Although Stella loved water, she didn’t care for a bath. Until it was over. She adored her towel, and seeing the towel made her frisky, especially when she was a puppy. Once when I was drying her off, she bit down on one end of the towel, snatched it from my hands, and took off running around the yard. When my husband saw her heading straight for him, he jumped onto a big boulder in our yard. She banked off the rock, and headed straight back toward me at full speed. It was like that scene in Peanuts when Snoopy grabbed Linus’s blanket and charged around with it. My husband and I laughed so hard, we were crying. Stella loved it! She loved when we were happy, and we loved seeing the big smile on her face and her wagging tail.
Now that some time has passed my memories of our sweet Stella bring me more comfort than pain. I miss her every day, and occasionally I’m blindsided by grief, but that just proves what a great dog she was. She had a big heart, but even such a strong dog couldn’t kick cancer. As much as we wanted her to be with us forever, we have to learn to live without her. Nothing replaces a dog when it comes time for them to leave. Losing their companionship unconditional love is difficult to bear, and no matter when it happens, it happens far too soon.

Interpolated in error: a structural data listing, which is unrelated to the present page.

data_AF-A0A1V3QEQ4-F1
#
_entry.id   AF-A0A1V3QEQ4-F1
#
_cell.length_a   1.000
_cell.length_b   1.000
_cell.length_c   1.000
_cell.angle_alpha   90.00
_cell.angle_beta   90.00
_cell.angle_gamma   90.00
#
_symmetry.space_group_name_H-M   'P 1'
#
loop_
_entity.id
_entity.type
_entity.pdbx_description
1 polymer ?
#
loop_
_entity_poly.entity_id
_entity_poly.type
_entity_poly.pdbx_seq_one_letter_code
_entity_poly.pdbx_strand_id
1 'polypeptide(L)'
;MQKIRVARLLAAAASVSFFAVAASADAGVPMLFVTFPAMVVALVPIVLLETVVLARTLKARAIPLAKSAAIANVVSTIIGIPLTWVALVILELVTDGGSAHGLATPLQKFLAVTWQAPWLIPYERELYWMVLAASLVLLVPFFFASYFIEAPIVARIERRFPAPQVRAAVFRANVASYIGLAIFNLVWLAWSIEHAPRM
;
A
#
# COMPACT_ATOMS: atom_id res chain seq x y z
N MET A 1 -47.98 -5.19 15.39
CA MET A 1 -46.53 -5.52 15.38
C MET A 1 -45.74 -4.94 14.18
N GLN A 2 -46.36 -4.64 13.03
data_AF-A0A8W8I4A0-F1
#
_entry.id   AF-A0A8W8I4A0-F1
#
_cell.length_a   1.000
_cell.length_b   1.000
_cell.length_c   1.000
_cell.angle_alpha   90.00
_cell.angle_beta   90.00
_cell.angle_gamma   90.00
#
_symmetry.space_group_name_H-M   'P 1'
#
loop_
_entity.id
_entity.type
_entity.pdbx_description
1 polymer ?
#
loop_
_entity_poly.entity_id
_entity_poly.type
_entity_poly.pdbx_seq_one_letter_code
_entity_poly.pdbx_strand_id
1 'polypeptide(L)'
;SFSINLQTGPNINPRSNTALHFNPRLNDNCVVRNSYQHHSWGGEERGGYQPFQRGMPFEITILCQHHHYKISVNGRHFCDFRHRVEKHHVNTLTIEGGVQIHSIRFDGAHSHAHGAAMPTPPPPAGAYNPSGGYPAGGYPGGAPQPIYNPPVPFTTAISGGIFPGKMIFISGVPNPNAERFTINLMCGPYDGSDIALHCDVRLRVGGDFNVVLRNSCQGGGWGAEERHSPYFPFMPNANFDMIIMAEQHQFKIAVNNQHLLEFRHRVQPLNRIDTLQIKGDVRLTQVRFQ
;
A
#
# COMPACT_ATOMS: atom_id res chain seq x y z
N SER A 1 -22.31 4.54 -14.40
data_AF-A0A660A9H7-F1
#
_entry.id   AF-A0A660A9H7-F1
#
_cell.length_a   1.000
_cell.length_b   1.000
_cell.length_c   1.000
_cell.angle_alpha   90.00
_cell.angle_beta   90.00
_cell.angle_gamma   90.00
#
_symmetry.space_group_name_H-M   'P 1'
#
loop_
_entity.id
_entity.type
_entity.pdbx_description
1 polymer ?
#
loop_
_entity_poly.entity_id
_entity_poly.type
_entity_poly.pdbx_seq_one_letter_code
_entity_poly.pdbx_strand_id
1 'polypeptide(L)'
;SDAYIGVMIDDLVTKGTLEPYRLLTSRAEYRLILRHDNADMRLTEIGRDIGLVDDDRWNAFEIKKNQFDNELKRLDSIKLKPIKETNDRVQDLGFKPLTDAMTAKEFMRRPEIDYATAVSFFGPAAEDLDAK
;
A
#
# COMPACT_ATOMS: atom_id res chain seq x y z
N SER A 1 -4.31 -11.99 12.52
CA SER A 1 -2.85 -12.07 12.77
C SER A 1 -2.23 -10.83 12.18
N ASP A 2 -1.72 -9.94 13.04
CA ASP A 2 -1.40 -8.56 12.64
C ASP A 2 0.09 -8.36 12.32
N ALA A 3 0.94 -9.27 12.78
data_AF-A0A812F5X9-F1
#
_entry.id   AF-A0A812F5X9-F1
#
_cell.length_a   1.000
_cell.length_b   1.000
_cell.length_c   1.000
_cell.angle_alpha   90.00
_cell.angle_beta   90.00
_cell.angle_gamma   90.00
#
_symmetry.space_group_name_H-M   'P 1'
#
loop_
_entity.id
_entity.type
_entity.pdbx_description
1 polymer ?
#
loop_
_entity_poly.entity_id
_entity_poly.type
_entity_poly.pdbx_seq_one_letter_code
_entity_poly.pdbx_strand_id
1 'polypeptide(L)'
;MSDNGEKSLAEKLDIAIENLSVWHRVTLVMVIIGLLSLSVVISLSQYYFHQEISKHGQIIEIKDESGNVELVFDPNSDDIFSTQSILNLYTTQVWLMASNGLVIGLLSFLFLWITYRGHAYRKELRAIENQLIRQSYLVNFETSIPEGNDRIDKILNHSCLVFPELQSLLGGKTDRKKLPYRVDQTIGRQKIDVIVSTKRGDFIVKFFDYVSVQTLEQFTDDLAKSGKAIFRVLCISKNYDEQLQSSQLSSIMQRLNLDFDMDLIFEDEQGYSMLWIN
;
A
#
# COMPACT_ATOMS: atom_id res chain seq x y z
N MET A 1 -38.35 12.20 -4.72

When we said goodbye to Prairie Dawn, our chocolate Lab, I thought my heart would break in two. I waited three years to find another dog because I thought no dog could possibly be as wonderful as Prairie Dawn had been. I was wrong. When we said goodbye to Stella, she took a good chunk of all our hearts with her. I’m not sure I can have another dog; it’s too hard to say goodbye. Besides, I’m positive no other dog could be as sweet and loving as Stella was.
When we adopted her, we gave her a second chance at being part of a family. She came to us when we needed her, and what she gave us was her great big, energetic heart and all the love and joy and sweetness it held. For ten years, our family was lucky to have her and to learn the lessons in loving that only a dog can teach. Sail on, my silver girl. We love you, forever and ever.